Tuesday, February 4, 2014

The Black List partners with TNT and TBS to help diverse writers break into TV

Yesterday The Black List announced another opportunity for writers via a partnership with TNT and TBS.  Here is their press release.  Scroll down for my thoughts:

TNT and TBS are partnering with The Black List on an initiative to promote diversity in the industry by identifying talented writers to develop scripts and concepts for the networks. TNT and TBS are the first television networks to team up with the Black List following the site's expansion into episodic content. The networks will be looking for writers from diverse backgrounds for possible blind script deals and staffing consideration on TBS and TNT series, with the goal of signing script deals with particularly strong writers in the half-hour comedy and hour-long drama genres.

The Black List is an online community where video content creators find scripts to make and writers to write them and where writers find producers, studios and networks to make their scripts and employ them. Since its launch in October 2012, the Black List has hosted more than 10,000 screenplays and teleplays and has completed more than 13,000 script evaluations. More than 40 writers have found representation at major agencies and management companies, while more than 20 writers have sold their scripts as a direct result of introductions made via the site. At any given moment, more than 2,000 screenplays and teleplays are being actively hosted on the site for perusal by over 2,300 film industry professionals, ranging from agency assistants to studio chairs and network heads.

As part of its program with TNT and TBS, the Black List will solicit teleplays to be evaluated via the Black List website by its community of industry professionals and readers. The Black List will then provide TNT and TBS with a short list of five finalists in each genre. The finalists will be chosen based on criteria the networks provide and on the evaluations received. The networks will then have the option to offer blind script deals. The list of finalists may also be shared with TBS and TNT's current showrunners, who will have the option to offer staff positions.

"As we continue to expand the original programming lineups for TNT and TBS, it's important that we forge partnerships not only with established producers but also with fresh talent," said Michael Wright, president, head of programming for TBS, TNT and Turner Classic Movies (TCM). "We're confident that through this initiative with the Black List, we're going to find an abundance of exciting, highly creative work from a wide array of emerging writers."

In addition to TNT and TBS, the Black List is currently partnered with the Writers Guild of America, East; the Writers Guild America, West; the Sundance Institute; and Warner Bros Pictures.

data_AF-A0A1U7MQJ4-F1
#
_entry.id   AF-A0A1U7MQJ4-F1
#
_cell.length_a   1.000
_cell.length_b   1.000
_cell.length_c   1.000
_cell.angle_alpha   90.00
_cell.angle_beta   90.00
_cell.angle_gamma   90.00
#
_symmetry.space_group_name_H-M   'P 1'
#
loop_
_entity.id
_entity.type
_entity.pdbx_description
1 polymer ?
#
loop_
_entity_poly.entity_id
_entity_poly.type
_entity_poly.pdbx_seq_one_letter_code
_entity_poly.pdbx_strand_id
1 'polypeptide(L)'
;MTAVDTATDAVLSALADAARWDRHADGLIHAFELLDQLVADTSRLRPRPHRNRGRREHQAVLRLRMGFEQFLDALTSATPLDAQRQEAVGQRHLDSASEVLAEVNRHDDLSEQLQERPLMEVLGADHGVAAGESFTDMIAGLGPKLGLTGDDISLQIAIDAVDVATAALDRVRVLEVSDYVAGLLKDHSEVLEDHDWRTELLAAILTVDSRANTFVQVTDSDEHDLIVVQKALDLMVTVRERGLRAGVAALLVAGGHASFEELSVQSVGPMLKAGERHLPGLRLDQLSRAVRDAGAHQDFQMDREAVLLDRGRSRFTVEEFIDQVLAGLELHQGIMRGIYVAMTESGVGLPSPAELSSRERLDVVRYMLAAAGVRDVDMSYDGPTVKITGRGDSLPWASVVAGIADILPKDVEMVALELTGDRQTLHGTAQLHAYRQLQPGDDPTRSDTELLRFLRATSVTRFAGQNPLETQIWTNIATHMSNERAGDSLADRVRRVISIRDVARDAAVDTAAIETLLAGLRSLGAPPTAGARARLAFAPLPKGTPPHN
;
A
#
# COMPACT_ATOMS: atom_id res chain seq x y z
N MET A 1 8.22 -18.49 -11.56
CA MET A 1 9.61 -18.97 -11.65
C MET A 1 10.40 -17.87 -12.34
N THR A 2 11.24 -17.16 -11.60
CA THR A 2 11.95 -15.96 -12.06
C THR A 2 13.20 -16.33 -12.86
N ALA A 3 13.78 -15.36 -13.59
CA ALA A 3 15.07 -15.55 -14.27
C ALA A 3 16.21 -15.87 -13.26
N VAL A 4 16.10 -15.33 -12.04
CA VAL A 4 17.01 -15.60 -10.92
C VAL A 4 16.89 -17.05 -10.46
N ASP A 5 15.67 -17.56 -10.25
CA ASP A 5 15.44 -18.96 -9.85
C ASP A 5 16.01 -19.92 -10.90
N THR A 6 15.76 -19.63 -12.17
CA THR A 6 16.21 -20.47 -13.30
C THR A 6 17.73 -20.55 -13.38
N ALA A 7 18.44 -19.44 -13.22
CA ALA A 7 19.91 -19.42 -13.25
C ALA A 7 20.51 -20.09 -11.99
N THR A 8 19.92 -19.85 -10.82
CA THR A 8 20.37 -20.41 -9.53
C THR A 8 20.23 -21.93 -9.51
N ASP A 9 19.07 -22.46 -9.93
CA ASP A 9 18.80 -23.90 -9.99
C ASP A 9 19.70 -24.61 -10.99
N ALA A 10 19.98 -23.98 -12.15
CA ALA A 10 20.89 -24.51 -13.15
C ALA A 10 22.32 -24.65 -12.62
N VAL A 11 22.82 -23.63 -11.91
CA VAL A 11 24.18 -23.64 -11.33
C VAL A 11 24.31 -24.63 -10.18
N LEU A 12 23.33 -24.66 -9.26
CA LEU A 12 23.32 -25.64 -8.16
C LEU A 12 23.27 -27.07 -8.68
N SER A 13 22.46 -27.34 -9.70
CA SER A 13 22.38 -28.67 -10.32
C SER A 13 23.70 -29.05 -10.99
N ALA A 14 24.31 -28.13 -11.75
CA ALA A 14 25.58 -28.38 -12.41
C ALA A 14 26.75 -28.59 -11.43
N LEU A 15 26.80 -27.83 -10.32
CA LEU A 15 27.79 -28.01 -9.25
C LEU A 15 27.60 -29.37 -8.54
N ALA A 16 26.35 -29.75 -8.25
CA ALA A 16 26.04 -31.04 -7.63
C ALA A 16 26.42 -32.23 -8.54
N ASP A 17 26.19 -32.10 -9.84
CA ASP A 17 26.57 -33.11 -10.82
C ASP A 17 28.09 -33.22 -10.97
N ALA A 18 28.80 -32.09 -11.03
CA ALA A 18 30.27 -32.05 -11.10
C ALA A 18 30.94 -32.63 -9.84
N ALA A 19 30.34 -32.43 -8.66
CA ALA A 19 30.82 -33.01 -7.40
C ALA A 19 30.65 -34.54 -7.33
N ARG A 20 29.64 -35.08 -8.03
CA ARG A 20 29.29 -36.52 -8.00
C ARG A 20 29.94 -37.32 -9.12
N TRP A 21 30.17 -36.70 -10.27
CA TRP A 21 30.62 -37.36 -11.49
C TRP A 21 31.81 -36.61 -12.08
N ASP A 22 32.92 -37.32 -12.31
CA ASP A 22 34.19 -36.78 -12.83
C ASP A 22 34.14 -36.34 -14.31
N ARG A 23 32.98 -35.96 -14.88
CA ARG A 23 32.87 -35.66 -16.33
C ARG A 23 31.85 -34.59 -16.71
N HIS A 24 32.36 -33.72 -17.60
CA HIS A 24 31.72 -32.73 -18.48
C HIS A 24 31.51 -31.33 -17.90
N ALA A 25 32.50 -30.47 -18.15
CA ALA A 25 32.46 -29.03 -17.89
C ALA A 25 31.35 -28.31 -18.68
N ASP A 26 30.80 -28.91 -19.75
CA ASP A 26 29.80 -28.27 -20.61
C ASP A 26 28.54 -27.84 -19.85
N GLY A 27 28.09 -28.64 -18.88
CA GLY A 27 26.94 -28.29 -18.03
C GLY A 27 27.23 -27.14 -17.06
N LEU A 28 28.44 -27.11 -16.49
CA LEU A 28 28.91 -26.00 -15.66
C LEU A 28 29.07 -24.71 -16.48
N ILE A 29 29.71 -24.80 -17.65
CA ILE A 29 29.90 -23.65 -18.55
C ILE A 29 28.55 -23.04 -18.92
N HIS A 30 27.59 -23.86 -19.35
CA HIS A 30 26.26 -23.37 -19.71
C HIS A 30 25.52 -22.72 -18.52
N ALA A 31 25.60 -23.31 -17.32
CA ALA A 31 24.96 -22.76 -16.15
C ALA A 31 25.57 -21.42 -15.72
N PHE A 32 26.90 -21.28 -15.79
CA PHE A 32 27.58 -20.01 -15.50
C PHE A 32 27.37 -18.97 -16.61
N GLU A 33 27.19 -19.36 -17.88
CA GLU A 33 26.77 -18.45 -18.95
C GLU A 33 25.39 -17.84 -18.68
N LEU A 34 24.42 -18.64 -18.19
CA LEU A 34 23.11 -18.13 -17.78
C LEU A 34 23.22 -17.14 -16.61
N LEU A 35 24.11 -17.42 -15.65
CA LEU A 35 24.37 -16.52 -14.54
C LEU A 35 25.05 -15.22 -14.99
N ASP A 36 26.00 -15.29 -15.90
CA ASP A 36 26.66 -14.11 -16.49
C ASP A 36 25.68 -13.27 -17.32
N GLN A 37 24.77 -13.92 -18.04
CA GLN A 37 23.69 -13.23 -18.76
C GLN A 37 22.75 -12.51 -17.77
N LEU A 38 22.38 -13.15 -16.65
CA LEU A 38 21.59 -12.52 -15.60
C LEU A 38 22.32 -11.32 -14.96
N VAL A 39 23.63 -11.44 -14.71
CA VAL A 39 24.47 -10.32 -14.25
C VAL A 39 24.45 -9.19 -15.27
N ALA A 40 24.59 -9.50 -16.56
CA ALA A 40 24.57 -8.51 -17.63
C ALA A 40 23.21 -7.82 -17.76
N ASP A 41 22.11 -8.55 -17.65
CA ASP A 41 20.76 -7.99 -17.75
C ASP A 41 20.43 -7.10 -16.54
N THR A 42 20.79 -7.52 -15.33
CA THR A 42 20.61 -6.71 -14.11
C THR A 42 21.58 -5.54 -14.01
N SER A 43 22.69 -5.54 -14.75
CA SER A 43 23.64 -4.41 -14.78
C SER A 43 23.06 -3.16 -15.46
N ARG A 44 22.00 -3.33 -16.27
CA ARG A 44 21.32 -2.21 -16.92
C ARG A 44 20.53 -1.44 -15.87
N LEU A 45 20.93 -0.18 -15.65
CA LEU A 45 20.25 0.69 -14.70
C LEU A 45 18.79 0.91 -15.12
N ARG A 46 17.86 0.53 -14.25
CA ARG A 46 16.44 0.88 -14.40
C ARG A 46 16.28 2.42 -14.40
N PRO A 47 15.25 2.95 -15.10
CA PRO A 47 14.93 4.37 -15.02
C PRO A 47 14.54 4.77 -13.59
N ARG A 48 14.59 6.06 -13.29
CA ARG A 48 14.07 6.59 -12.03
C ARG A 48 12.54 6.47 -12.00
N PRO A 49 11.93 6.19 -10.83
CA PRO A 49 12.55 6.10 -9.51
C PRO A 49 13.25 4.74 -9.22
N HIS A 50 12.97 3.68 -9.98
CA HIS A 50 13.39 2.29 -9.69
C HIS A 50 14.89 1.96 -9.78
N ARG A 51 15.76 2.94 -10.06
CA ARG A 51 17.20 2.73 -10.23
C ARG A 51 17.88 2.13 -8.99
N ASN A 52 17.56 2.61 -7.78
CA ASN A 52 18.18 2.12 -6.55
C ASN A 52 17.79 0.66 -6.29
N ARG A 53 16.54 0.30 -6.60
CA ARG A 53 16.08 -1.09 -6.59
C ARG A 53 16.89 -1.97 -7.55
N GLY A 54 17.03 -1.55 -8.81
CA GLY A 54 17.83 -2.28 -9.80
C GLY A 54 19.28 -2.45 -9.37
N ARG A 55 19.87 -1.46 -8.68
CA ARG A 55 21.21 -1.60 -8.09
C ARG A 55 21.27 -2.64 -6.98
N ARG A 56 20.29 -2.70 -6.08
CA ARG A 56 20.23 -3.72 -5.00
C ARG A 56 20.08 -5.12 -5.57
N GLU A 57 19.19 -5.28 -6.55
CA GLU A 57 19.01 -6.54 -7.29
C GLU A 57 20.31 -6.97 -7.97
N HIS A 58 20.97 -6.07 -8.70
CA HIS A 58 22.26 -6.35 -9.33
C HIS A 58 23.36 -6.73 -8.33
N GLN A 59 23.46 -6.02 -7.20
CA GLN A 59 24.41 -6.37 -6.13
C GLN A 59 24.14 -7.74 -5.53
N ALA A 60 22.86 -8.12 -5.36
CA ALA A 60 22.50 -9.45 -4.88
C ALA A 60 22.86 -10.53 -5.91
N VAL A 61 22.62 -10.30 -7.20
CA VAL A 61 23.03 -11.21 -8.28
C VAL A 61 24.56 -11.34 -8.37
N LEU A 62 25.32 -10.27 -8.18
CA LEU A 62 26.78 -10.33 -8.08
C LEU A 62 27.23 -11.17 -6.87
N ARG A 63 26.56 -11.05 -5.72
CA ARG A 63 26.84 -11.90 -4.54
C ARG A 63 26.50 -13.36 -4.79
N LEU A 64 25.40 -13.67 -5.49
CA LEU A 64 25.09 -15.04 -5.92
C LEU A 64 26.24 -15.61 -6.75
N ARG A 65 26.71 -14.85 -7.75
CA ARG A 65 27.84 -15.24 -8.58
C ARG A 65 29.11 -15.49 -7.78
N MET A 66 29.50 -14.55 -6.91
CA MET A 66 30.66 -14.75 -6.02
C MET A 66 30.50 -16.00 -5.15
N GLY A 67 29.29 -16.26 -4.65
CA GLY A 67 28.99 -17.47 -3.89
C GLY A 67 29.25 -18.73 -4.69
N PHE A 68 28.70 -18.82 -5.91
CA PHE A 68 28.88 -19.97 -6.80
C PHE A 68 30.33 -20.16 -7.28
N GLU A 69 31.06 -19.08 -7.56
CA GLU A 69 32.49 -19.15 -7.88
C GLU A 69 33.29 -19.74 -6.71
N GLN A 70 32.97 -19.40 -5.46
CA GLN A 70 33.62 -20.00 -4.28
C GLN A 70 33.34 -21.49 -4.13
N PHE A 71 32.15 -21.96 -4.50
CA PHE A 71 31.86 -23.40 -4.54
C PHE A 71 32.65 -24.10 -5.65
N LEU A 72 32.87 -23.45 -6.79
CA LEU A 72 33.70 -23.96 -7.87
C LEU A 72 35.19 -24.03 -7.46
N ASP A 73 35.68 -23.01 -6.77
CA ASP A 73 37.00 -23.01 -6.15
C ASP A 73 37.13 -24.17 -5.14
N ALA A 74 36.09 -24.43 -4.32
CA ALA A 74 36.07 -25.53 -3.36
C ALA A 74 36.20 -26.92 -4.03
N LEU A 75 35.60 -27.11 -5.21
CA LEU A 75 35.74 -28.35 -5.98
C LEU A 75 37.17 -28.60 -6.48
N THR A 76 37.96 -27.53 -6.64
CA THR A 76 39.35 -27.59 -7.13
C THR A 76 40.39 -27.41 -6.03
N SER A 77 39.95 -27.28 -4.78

My thoughts: First off, I asked Franklin Leonard via Twitter how they defined "diverse writers," and he told me, "We use the WGA West Writers Report as a guide on the question of diversity."  So essentially that boils down to women, minorities and older writers of both genders.  (I believe that "older writers" is the age 41 and above bracket, but I could be mistaken and they're drawing from age 51 and above.)

Also, a writer cannot have earned more than $250,000 total for their writing work over the last ten years.  Further submission requirements can be found here.

Even though I'm not eligible under any of those requirements, I think it's exciting that aspiring writers have yet another avenue to break into the business.  The best part is that for writers already using the Black List, this is a competition available to them at no extra cost.  And if they weren't already on the Black List, the rules say they need only host the script on the site for one week during the submission period in order to opt in.  That costs a mere $25.

This is also a good time to bring up a number of other great programs for breaking into TV and their associated entry fees.:

Disney/ABC Television Writing Program -NO FEE.

The Warner Bros. Writers' Workshop - $30/script.

Nickelodeon Writing Program - NO FEE

NBC Writers on the Verge - NO FEE

CBS Writers Mentoring Program - NO FEE

New York Television Festival - $30 early fee; $50 regular submission fee; $100 late deadline fee.

And as the Black List press release notes, the site has a number of other partnerships as well and the cost to opt-in for any of those opportunities is free if you're hosting a script on the submission period. I'm very impressed with how the Black List site is quickly becoming a one-stop shop for a variety of programs and fellowships, including the Warner Bros two-step blind script deal and the Sundance Diversity Workshop, as well as the Cassian Elwes Screenwriting Fellowship.